Too Many Soldier Suicides Part 1: In Flanders Fields

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Too many US soldiers are attempting or carrying out suicide attempts; many succeed.

One reason for this is the tremendous ambivalence over current military actions. This is not like World War II, a so-called good war, although this phrase also causes many to wince.

Viktor Frankl, concentration-camp survivor, wrote in Man’s Search for Meaning that the most catastrophic stresses can be endured when there is a belief that one’s struggle is true, good, and just.

Before analyzing this sad situation, I would like to offer a poem written during World War I, honoring those who sacrificed their lives. When you come across a veteran who is offering red poppies, this is why these flowers have been distributed for nearly one-hundred years:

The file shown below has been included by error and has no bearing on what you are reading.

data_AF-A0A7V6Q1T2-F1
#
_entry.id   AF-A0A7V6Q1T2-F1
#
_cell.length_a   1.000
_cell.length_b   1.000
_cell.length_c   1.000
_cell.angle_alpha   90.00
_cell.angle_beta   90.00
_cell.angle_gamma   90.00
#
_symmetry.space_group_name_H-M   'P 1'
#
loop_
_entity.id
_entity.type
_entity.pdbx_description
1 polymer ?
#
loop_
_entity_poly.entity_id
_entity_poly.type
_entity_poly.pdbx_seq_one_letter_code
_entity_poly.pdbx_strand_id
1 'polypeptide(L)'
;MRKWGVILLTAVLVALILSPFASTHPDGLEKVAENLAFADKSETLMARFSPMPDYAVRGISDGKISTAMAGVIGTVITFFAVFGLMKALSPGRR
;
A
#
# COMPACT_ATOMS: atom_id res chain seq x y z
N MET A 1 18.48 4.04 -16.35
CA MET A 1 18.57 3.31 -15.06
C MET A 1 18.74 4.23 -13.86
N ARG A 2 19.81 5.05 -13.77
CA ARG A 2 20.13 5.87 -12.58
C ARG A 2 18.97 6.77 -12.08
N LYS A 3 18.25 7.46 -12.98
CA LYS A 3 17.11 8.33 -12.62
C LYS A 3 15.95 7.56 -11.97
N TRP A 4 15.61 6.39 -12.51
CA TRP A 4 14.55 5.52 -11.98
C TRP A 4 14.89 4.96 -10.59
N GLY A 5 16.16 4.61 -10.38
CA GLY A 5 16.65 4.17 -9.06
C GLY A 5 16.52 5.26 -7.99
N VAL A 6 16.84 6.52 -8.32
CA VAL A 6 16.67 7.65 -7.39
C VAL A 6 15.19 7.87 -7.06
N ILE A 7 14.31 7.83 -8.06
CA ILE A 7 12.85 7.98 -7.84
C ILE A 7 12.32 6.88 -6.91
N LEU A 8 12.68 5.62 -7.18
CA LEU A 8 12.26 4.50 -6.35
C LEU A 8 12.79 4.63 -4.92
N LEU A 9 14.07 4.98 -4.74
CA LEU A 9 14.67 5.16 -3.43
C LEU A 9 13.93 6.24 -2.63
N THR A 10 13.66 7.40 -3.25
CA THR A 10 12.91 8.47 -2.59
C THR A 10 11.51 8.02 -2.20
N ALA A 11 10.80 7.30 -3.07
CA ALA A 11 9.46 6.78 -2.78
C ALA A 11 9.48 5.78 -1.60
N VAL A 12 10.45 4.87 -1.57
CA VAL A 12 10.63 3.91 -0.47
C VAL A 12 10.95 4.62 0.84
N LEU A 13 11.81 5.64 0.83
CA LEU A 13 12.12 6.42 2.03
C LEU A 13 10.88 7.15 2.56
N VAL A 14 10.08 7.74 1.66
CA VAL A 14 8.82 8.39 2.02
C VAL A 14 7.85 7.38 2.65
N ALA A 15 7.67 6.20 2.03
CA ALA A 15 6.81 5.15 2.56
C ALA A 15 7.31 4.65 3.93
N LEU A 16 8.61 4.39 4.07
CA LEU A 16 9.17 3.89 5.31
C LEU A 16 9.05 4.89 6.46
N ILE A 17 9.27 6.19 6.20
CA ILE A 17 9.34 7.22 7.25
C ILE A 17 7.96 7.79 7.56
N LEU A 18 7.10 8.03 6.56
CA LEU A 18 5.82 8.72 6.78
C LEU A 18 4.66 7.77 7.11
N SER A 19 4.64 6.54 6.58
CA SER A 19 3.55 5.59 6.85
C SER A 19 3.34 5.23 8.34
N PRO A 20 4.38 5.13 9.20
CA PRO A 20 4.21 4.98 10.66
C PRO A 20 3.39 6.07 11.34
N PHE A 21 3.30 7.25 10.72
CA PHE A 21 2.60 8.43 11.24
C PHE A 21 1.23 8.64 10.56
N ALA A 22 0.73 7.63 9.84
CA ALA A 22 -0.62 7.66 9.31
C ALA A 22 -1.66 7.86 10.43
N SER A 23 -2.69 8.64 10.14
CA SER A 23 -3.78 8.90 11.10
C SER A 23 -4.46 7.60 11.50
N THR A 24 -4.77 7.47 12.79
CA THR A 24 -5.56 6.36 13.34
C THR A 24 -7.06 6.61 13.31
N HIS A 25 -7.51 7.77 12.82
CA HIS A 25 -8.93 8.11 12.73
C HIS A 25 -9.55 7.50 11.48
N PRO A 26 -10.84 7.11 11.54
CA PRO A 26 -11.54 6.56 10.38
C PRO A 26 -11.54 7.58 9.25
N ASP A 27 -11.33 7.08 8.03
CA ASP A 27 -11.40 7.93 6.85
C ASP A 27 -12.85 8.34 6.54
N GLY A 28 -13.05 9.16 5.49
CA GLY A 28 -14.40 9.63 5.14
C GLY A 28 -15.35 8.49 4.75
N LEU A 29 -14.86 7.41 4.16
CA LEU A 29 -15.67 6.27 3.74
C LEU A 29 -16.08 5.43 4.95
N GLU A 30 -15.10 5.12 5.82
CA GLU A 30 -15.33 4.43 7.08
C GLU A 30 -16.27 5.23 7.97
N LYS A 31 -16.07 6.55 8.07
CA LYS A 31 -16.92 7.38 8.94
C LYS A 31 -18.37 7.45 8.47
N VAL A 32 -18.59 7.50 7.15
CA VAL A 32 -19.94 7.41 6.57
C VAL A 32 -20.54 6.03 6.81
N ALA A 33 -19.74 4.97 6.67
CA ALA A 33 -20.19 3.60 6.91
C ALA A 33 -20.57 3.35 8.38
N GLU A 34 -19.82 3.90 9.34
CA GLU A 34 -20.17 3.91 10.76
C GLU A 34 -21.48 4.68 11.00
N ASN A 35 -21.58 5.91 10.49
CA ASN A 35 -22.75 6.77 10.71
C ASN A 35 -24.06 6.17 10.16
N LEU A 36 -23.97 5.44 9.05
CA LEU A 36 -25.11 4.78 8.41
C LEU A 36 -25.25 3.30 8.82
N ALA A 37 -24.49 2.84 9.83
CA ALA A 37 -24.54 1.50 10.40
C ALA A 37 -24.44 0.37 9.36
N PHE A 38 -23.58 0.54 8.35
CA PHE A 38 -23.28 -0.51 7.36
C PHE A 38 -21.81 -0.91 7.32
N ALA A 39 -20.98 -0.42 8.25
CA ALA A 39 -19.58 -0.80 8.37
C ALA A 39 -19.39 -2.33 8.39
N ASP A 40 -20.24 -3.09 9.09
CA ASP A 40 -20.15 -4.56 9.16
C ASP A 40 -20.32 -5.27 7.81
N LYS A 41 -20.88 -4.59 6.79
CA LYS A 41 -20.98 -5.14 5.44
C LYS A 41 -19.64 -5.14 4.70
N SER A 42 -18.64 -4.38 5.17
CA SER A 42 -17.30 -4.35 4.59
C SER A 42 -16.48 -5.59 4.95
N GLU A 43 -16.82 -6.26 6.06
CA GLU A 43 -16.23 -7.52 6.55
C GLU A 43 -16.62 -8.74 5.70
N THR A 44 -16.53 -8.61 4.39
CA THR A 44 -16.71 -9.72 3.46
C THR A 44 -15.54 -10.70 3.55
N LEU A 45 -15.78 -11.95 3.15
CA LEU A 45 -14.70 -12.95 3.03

by Lieutenant Colonel John McRae, MD (1872-1918), Canadian Army

In Flanders Fields the poppies blow
Between the crosses row on row
That mark our place; and in the sky
The larks, still bravely singing, fly
Scarce heard amid the guns below.

We are the Dead. Short days ago
We lived, felt dawn, saw sunset glow,
Loved and were loved, and now we lie
In Flanders fields.

Take up our quarrel with the foe:
To you from failing hands we throw
The torch; be yours to hold it high.
If ye break faith with us who die
We shall not sleep, though poppies grow
In Flanders fields.

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